First birthday for bypass

Greg Leahy jumps for joy at the opening last year of the Tugun bypass.
Greg Leahy jumps for joy at the opening last year of the Tugun bypass.

LOOKING back on the first year of the Tugun bypass, Tweed Heads South courier Paul McDonald does not want to think about how he did business without it.

The $543 million stretch of highway efficiently connecting Queensland to New South Wales turns one today and has helped save valuable time for the Pack and Send owner and operator.

“I think the bypass is a godsend. It has been a tremendous improvement for us,” Mr McDonald said.

“When I think back to how we were doing business before the bypass opened I just can't believe it.

“Before the bypass I could be stuck in traffic in Tugun for anywhere up to an hour. I still can't believe it's been open for a year.”

Since its opening, more than 14 million vehicles have passed through the tunnel under the Gold Coast Airport runway, and slashed travel time from Brisbane to Tweed by an average of 20 minutes.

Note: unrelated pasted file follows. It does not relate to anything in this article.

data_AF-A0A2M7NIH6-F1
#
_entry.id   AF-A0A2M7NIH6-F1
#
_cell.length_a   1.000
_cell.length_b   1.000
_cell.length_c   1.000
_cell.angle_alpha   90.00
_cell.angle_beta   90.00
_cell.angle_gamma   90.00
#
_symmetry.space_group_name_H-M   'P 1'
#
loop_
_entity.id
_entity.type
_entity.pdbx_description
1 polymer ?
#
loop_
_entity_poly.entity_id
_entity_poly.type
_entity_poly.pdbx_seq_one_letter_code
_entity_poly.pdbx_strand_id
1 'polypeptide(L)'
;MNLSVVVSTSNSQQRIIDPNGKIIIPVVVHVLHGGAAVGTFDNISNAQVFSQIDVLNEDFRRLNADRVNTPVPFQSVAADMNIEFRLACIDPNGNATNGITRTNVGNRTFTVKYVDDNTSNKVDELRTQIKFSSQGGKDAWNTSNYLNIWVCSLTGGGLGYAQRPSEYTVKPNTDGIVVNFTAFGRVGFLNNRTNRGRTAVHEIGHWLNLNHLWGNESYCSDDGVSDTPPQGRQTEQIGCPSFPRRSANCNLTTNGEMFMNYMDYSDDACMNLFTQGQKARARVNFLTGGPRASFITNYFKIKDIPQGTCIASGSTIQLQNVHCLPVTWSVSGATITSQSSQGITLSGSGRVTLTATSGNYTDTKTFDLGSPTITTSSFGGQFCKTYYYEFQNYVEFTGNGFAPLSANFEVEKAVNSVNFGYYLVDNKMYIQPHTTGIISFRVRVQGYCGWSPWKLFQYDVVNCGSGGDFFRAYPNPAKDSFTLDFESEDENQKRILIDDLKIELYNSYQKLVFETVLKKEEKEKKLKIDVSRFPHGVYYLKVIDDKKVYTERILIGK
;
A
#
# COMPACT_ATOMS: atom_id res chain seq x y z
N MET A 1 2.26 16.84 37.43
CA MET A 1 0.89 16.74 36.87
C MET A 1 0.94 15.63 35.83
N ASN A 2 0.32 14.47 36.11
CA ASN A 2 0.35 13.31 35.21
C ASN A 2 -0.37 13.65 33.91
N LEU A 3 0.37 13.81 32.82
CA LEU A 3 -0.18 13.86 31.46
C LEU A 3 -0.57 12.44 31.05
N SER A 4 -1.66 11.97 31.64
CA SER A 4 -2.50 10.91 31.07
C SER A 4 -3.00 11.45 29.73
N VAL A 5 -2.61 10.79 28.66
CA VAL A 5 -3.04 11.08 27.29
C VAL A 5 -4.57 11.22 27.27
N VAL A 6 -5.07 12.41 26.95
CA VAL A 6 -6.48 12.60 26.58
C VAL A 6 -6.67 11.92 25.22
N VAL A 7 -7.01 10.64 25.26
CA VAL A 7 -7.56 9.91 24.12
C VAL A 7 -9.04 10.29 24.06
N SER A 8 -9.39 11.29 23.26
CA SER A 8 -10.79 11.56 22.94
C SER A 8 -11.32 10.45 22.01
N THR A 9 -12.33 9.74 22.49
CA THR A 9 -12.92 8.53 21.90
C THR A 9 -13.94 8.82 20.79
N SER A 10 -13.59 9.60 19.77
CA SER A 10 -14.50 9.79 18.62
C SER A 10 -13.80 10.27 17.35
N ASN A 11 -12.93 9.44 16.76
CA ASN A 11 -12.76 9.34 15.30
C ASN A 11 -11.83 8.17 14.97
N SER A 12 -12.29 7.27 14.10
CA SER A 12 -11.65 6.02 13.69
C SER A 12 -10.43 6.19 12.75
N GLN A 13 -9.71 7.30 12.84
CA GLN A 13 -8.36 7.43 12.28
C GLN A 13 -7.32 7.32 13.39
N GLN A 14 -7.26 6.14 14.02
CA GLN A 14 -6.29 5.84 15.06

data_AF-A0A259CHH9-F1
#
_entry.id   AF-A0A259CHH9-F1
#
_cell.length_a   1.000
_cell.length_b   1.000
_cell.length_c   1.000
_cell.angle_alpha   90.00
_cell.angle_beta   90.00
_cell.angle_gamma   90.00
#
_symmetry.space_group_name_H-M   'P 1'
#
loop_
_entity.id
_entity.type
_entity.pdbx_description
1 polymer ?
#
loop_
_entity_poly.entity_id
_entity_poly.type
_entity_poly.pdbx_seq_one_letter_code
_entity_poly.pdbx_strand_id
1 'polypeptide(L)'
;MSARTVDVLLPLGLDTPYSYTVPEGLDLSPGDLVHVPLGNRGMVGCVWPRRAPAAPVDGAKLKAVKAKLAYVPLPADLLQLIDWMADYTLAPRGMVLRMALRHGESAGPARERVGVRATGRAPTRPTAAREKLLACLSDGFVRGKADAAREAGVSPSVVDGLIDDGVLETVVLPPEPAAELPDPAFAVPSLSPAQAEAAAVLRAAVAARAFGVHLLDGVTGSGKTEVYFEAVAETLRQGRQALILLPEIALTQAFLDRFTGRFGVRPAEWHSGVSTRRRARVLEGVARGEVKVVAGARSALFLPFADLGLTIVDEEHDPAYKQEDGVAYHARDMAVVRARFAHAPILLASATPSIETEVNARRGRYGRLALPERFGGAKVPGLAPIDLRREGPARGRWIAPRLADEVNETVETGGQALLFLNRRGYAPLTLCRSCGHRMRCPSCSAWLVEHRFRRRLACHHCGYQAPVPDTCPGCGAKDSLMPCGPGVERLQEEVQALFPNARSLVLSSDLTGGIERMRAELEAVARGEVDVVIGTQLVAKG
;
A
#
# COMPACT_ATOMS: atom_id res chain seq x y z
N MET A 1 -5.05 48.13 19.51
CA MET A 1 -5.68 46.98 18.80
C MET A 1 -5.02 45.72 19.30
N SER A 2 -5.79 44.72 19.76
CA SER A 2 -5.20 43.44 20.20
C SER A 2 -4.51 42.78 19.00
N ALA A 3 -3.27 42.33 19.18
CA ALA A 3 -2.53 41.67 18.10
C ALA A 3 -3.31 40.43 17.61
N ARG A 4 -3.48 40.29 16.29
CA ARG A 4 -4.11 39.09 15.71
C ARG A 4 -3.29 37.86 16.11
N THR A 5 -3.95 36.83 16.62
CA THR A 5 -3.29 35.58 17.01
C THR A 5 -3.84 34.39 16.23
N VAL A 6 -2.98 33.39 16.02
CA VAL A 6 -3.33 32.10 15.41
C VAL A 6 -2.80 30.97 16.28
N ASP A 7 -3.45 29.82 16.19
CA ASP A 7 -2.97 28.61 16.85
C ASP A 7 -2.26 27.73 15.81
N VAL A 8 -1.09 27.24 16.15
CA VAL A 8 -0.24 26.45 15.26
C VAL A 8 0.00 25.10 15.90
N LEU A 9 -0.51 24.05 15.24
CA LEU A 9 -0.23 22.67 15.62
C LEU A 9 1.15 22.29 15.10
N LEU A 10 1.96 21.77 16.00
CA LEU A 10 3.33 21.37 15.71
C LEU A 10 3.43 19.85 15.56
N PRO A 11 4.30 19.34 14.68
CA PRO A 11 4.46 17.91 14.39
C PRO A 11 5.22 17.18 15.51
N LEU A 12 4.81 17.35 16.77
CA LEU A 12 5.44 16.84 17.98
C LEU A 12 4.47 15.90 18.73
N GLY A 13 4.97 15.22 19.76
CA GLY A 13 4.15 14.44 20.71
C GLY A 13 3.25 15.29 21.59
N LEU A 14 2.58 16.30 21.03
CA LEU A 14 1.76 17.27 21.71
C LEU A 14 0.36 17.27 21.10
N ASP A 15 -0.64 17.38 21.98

The opening of the bypass reduced traffic congestion on the Gold Coast Highway through Tugun.

Queensland Department of Traffic and Main Roads said more than 72,000 vehicles travelled along the Gold Coast Highway in both directions, of which 5.7 per cent were heavy vehicles in 2007. Since the bypass opened, traffic on the Gold Coast Highway decreased by about 50 per cent to 35,107 vehicles, of which 3.6 per cent were heavy vehicles.

More than 40,000 vehicles use the bypass every day and this number is expected to rise to 60,000 by 2017.

The first year of the bypass has not been without teething problems.

The original opening of the bypass was scheduled but was held off due to intense rain.

On Thursday, June 12 last year, hundreds of drivers heading to Tweed were held up for more than an hour after a technical glitch forced the boom gates on the southern tunnel to lower.

During the year vandals have smashed expensive glass panels either side of the road.

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